romantic interest. humble medical practitioner, though his discovery made him rich. We might easily accumulate a number of facts, exhibiting the In literature and religion, the Wesleys, Goldsmith, Cowper, prodigious change which the physical influences have produced Coleridge, &c., by virtue of being children of clergymen with on society; and in reading how, in a century, the National Debt small stipends and large families, belong to the middle class ; but was increased from 50,000,000 to 800,000,000, and the populaWhitfield was the son of a tavern keeper. Burns was the child tion of Britain, in half a century, from eight to sixteen millions of a poor farmer, and held the plough. Adam Clarke, the most -how roads were formed, and mail coaches began to run, and learned man whom the Methodists have produced, was the son Brighton, Ramsgate, and Cheltenham sprang up—we fancy that of Irish cotters. Gifford, the celebrated editor of the Quarterly we see something of the change, and think that we understand Review, worked as a shoemaker, as did Carey, the chief of the how the present world differs from the past. But even if we had British pioneers of Christianity in the East Indies. To the a visible glimpse of the old world, and saw our fathers dressed middle classes belonged Bentham, Sir Walter Scott, Cuvier, Sir out in wig, and square-cut coat, and high-heeled shoes, we should Hamphry Davy, &c.—we need mention no more, unless it be the form but a vague notion of the change which the physical influ. name of William Cobbett.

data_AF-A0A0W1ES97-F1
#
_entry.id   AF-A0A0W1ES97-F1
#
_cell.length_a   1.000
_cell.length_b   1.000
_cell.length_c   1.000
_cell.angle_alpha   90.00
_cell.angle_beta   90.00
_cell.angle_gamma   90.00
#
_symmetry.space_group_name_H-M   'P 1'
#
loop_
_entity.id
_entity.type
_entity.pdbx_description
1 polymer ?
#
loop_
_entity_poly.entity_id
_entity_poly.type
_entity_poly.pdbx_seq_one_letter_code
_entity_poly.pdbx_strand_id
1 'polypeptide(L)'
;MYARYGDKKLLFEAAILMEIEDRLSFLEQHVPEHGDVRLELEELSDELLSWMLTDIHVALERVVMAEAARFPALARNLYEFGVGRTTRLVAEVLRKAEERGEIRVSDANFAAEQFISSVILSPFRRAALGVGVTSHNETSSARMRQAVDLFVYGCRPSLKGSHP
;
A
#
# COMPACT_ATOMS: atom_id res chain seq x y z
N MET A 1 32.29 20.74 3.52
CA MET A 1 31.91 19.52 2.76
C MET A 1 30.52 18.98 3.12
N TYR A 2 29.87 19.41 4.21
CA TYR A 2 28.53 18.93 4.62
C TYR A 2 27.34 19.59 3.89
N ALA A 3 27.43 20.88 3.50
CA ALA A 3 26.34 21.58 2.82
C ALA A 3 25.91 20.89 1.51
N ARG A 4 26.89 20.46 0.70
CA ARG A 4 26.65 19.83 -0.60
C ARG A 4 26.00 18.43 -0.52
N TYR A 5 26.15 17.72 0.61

ences have produced on our moral nature. We no longer breathe Dr. Black matured his speculations on the nature of heat in the same atmosphere of thought and opinion ; man has become a new creature ; old things have passed away, and all things have they soon brought themselves into an opinion that they really become new. Pope, writing a century ago, exclaimed
deserved the fine things which were mutually said and sung of “ Life's stream for observation will not stay,
each other. Thus persuaded, they were unwilling that their It hurries all too fast to mark our way ;